Click on image above to enlarge

History of a Caucasian Khanate

Kazem-Beg, Mirza A. [Muhammad Ali Kazim Bey] Derbend-Nameh, or a history of Derbend; translated from a select Turkish version and published with the texts and with notes, illustrative of the history, geography, antiquities &c &c. St Petersburg Imperial Academy of Sciences 1851
First edition. 4to (32 x 23.5 cm), pp.[ii], [xvi], (iii)-xxiii, [1, blank], (3)-245, [1, blank], printed Turkish text in naskh. with English translation and notes. A very good copy bound in modern blue half morocco over cloth. Original printed wrappers bound in at rear; upper wrapper's top corner torn away. A few faint spots to title, otherwise clean.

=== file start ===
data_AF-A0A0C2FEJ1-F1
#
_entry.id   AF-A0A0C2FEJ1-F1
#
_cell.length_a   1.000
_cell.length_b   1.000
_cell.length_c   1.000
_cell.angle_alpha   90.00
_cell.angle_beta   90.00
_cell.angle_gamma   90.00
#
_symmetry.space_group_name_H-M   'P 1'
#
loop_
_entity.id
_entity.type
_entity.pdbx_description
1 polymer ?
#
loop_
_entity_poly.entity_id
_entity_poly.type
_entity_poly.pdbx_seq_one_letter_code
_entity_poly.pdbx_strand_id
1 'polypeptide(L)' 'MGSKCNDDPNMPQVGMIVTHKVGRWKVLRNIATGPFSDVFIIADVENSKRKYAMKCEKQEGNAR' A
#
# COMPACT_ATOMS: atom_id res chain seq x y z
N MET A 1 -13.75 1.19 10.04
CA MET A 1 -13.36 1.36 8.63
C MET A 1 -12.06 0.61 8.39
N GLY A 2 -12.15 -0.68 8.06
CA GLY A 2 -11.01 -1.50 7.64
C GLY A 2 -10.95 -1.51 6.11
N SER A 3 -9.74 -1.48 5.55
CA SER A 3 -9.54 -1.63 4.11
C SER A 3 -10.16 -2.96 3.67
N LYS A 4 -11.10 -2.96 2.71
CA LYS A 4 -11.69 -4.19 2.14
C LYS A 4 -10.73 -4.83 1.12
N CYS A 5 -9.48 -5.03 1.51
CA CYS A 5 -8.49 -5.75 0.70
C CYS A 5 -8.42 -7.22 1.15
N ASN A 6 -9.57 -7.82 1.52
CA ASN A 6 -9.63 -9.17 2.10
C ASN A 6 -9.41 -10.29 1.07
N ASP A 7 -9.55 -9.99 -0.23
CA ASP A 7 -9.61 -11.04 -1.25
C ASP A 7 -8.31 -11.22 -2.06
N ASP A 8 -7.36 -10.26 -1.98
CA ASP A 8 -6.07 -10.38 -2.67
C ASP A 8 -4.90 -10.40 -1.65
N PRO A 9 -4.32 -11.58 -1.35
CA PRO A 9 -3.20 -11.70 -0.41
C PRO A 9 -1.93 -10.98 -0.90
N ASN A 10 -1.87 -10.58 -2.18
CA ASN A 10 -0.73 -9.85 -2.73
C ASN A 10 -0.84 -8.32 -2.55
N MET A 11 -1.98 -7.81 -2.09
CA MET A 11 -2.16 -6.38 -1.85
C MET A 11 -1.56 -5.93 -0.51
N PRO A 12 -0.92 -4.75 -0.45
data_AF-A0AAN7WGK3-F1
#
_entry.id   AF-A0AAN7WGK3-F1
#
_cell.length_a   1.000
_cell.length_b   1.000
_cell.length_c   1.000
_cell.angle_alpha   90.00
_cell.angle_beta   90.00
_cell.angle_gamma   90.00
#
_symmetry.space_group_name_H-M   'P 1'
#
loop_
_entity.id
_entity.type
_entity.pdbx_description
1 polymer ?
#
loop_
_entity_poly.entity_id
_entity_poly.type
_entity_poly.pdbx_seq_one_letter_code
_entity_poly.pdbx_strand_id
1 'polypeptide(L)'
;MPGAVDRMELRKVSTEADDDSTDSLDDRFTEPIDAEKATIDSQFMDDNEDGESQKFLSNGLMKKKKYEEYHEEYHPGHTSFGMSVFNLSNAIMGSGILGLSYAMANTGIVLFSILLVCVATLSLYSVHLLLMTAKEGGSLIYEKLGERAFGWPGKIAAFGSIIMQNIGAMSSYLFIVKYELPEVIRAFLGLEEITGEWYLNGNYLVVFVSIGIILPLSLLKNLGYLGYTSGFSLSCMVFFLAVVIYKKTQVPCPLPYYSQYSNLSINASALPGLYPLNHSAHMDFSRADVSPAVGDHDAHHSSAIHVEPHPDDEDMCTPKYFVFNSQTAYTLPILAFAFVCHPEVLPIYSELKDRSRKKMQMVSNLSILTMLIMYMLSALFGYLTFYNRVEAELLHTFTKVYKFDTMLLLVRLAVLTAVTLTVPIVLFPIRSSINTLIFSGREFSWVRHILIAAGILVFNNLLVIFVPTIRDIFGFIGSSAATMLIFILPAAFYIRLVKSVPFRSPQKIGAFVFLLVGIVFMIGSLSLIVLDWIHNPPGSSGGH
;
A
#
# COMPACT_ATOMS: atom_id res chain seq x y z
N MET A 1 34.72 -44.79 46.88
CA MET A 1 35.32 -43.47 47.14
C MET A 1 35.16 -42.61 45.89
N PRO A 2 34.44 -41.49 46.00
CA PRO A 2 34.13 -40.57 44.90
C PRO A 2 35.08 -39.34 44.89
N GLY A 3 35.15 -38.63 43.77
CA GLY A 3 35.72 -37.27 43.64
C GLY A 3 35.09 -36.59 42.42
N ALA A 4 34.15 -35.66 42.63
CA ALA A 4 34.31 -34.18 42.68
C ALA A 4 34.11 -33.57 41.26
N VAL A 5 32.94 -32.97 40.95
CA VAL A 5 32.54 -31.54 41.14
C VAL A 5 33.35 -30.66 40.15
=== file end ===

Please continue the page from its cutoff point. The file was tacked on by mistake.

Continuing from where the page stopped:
An Azeri Turkish text with English translation and extensive critical notes of the Derbend-nameh, a history of Derbend (the modern city of Derbent) in Dagestan, now one of the Russian republics in the Caucasus, and the historical capital of the Derbent Khanate. With its location on the Caspian Sea, proximity to Persia and Ottoman Turkey, and strategic significance, Derbent was a frontier city whose allegiance swung from one neighbouring imperial power to another, Russian, Ottoman, and Persian alike. Kazim Bey recounts the anecdotal existence of three manuscripts of the Azeri Turkish text held by three merchants of Derbent, and laments that he did not buy one of these when resident in the city. Instead, his text derives from a manuscript copy of one of these three mysterious Derbent manuscripts, collated against Persian translations held in the Russian state collections. Muhammad Ali Kazim Bey, the editor and translator of this text, was raised in Derbent, where his father served as qadi until his conviction for spying on behalf of Persia, and subsequent exile. Kazim Bey was given a traditional, scholastic Islamic education, and was multilingual from an early age; he converted to Christianity in the early 1820s, and pursued his academic studies across Russia, settling at the Imperial University of St Petersburg, where he went on to found the Department of Oriental History in 1863.